In the 1986 remake of the science fiction classic The Fly, an early scene shows the scientist, Seth Brundle, tinkering with his teleportation machine and using a cut of steak as the subject of his experiment. He teleports the steak from one pod to another, fries it up and serves it to his girlfriend and asks if it accurately approximates the real thing. With disgust, she spits it out, basically says it tastes artificial, and inspires the scientist to keep trying. He does, and by the end of the film he has figured out the steak problem, but he is also a pathetic mutant rotting from within.
I am reminded of this particular scene whenever I see a discussion about in-vitro meat – meat scientifically cultured in a lab and not directly taken from a slaughtered animal. Researchers are successfully doing this (at great expense) by actually growing meat that has its origins from stem cells removed directly from live cows. The idea of scientifically creating meat (and we are not talking about the various meat substitutes out there) has many environmental, animal welfare, and scientific proponents and has been floating around for several years. For instance, A 2011 study in the journal Environmental Science and Technology, revealed that full-scale production of cultured meat could greatly reduce water, land and energy use, and emissions of methane and other greenhouse gases, compared with conventional raising and slaughtering of cattle or other livestock. And many animal rights advocates, as well as some vegetarians, applaud the idea as it has the long-term potential to derail the current system of industrialized meat production as well as animal slaughter. But considering the costs associated with in-vitro meat (around $325,000 for an experimental burger, according to The New York Times) and the amount of tinkering needed to make it affordable and palatable to the public, we are likely many generations away from a steady stream of accessible in-vitro meat. But the possible benefits may warrant further investigation, as there exists potential to have a pathogen-free meat supply that was created without harming billions of animals each year. You could probably see the appeal; however, whether or not you want to eat such meat is another issue entirely.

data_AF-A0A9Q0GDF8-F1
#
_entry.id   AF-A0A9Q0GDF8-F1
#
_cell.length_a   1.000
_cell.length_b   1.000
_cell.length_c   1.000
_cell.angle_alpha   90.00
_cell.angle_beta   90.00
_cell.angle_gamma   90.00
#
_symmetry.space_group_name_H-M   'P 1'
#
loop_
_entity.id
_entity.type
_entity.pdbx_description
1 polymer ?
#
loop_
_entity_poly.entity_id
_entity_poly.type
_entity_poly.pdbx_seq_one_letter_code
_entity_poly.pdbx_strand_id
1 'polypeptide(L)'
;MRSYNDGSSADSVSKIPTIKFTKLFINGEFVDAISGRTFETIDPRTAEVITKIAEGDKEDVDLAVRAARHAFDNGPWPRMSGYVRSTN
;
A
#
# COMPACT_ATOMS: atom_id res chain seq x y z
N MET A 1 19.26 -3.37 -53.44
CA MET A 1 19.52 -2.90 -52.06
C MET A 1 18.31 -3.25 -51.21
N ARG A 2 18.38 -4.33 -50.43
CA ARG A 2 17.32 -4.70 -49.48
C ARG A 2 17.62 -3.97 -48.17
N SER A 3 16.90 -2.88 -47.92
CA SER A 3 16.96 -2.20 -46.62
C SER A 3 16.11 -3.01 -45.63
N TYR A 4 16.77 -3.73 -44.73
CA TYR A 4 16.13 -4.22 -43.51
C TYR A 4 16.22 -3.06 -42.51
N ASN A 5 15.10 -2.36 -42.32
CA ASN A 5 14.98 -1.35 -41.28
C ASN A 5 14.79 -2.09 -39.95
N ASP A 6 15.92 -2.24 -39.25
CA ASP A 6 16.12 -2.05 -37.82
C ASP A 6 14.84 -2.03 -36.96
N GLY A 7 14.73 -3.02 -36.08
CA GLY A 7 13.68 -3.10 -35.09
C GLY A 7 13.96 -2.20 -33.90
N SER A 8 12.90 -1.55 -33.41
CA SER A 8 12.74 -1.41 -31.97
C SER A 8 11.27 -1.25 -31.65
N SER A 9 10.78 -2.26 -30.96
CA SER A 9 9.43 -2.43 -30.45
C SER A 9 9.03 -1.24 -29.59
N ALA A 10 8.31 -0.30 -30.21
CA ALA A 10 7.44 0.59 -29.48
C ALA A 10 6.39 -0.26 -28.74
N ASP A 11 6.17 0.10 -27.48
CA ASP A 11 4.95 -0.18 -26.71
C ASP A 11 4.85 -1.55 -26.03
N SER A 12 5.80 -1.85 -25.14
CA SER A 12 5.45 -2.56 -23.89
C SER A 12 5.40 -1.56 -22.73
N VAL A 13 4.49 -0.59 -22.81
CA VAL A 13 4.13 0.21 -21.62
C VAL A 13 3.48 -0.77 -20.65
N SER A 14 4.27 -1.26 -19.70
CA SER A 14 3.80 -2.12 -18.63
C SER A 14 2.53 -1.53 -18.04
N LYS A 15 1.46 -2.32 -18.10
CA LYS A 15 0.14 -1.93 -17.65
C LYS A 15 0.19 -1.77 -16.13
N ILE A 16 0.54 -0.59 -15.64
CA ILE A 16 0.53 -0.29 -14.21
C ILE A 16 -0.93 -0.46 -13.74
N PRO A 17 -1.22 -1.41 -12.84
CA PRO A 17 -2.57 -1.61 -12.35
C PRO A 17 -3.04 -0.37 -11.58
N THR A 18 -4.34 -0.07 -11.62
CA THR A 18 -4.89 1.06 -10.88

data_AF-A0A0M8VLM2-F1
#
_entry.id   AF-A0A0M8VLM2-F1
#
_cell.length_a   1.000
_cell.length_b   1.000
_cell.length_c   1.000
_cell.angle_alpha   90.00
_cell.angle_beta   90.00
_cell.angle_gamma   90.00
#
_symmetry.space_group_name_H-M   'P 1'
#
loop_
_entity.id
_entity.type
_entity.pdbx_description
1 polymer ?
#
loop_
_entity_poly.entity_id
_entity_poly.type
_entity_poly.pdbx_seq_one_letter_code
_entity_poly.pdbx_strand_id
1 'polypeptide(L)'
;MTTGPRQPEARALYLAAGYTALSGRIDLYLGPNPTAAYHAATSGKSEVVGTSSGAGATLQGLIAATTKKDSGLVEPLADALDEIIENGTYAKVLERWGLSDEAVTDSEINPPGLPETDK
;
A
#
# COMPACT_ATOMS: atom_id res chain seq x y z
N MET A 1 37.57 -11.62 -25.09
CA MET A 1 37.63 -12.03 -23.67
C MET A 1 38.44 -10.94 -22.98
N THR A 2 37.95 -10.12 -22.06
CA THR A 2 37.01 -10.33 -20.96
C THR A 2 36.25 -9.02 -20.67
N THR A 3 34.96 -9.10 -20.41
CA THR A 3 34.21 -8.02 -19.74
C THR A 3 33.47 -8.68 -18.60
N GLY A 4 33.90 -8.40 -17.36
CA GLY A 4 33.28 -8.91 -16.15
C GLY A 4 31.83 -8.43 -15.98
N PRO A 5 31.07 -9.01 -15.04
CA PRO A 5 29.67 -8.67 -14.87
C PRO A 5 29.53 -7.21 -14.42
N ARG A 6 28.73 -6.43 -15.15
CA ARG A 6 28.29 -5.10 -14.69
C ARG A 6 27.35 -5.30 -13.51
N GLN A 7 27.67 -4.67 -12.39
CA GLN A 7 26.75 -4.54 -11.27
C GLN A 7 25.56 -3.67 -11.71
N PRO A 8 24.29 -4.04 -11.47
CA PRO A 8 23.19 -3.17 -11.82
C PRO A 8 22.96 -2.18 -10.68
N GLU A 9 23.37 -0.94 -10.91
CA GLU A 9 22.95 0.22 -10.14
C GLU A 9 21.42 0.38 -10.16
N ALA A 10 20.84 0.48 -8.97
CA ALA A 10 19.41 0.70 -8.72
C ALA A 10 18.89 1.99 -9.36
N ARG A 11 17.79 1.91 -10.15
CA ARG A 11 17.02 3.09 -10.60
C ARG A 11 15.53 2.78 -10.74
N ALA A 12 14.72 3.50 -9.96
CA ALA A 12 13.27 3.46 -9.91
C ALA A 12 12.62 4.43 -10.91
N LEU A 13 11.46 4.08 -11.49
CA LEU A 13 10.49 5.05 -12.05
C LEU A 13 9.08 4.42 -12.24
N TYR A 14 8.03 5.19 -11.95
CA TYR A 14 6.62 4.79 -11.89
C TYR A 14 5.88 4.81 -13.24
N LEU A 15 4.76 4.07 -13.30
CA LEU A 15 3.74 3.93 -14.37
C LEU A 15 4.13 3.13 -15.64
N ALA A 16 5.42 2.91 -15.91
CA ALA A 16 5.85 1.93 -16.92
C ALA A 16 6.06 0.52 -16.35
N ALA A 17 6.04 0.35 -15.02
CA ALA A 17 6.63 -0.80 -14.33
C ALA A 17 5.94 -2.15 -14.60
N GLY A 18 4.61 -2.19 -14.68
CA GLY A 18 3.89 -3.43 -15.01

What do you make of in-vitro meat? Is it a way of employing science to force us to be more humane and responsible citizens of the planet, or a potential disaster in the making? Are there any vegans or vegetarians out there who would ever consider eating such a product, providing it actually tasted good?